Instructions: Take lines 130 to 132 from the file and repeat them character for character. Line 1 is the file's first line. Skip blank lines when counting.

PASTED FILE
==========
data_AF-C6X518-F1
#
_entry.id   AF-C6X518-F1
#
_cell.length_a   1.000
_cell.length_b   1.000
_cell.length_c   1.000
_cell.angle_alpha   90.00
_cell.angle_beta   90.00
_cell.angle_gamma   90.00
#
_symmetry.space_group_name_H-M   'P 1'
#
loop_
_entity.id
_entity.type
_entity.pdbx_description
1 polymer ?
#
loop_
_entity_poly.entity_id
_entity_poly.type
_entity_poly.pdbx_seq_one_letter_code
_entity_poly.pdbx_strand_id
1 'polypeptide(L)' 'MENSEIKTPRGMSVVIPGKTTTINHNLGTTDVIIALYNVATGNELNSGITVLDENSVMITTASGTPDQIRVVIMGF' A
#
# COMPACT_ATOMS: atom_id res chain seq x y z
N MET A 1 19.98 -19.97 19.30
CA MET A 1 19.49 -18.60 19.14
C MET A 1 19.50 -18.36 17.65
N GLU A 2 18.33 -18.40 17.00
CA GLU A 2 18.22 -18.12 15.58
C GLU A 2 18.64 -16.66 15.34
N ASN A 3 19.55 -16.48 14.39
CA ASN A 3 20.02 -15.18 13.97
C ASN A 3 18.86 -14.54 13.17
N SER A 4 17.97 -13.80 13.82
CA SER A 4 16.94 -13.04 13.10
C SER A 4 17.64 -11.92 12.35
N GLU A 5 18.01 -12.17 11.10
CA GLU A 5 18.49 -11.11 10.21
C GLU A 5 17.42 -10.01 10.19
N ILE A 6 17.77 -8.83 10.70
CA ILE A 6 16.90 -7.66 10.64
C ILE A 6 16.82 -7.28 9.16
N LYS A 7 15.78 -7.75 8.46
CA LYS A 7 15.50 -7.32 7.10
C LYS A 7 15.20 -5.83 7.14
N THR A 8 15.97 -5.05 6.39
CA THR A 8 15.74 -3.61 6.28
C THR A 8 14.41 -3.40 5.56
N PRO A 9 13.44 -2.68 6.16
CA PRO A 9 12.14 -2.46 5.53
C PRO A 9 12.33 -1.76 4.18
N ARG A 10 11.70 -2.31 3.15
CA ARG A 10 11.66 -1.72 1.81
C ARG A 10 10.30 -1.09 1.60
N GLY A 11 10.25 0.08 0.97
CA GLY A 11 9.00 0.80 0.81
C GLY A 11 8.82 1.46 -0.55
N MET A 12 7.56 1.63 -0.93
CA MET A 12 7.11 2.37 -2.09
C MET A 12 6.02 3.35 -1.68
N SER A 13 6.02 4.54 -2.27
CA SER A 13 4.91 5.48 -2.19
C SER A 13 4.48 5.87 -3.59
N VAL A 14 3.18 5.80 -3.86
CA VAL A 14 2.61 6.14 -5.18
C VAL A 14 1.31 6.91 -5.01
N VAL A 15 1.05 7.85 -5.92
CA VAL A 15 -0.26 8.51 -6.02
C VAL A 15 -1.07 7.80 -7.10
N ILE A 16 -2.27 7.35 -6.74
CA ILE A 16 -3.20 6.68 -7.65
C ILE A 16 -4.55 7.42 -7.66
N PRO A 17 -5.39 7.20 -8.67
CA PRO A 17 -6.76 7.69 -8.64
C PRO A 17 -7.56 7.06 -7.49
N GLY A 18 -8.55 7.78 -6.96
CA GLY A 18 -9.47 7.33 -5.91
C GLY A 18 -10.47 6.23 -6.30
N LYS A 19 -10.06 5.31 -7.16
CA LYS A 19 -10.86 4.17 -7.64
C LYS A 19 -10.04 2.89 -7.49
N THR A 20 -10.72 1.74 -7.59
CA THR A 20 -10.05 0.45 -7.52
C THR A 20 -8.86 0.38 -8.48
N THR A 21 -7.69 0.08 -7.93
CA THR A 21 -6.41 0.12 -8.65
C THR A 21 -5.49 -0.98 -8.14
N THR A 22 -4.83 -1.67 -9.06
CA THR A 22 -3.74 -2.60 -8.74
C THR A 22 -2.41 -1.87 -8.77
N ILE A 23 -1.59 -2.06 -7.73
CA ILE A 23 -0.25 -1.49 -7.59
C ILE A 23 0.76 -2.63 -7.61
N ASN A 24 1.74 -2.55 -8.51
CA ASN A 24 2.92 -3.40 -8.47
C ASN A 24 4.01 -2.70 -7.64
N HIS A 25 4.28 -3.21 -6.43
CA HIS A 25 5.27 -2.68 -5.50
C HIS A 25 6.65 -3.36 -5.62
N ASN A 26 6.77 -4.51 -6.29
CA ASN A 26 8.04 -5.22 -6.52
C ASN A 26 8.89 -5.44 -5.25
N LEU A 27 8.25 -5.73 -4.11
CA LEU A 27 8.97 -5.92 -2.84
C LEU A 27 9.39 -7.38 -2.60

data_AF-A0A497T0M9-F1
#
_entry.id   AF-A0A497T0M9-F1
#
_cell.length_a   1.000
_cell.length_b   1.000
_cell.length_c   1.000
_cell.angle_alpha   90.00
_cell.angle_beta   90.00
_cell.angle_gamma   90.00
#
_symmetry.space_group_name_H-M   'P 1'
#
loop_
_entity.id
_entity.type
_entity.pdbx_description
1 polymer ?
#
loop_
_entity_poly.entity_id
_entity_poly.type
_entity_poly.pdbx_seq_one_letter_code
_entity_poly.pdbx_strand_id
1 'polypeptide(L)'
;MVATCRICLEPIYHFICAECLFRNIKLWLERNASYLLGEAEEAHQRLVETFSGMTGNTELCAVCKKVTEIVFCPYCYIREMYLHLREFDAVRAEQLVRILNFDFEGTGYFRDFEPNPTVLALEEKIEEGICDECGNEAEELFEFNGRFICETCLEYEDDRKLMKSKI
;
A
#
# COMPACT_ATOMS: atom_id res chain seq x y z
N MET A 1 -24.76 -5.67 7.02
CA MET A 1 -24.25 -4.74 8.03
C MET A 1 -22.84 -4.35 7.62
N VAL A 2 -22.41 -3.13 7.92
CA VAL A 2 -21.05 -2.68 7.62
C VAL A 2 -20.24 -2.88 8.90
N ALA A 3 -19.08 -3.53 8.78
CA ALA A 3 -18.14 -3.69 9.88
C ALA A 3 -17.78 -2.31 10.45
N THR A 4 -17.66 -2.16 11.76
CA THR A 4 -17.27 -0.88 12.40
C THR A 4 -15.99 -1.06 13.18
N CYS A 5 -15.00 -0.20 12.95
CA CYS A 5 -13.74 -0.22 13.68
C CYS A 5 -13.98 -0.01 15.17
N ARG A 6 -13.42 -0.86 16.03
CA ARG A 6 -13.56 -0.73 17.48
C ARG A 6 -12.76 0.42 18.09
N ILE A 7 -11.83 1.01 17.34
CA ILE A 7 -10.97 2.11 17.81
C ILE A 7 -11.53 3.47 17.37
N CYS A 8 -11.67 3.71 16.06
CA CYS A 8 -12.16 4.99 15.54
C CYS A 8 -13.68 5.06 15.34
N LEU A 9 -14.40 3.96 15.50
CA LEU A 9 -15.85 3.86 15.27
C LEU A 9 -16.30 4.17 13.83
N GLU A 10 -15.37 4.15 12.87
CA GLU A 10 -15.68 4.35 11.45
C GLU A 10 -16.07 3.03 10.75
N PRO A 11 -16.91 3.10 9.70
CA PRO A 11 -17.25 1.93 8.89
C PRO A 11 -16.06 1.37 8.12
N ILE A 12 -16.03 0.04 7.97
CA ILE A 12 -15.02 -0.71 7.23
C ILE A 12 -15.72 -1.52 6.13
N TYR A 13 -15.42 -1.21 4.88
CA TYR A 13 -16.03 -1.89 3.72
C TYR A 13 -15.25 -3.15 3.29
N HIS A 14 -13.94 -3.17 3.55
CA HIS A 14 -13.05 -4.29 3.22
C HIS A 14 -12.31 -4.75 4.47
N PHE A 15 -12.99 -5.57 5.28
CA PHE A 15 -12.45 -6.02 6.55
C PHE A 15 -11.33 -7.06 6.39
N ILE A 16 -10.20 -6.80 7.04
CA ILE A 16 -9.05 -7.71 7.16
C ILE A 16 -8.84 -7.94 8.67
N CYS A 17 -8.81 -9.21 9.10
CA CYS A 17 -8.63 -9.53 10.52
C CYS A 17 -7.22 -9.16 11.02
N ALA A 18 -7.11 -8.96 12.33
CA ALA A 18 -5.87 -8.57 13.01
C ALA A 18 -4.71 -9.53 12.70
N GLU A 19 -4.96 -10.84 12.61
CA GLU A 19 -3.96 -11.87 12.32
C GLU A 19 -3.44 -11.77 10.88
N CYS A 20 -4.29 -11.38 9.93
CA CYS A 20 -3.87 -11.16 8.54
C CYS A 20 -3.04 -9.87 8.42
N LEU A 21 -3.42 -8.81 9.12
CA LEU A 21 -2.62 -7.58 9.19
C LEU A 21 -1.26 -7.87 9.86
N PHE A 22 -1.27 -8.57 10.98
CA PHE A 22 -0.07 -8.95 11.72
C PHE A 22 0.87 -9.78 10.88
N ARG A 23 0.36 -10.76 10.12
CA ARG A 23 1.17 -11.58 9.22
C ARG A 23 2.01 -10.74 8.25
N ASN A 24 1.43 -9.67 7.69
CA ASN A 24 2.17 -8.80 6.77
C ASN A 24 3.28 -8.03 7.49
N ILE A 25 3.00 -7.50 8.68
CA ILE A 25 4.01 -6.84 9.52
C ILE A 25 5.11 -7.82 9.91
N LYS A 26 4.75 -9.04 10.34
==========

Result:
_entity_poly.type
_entity_poly.pdbx_seq_one_letter_code
_entity_poly.pdbx_strand_id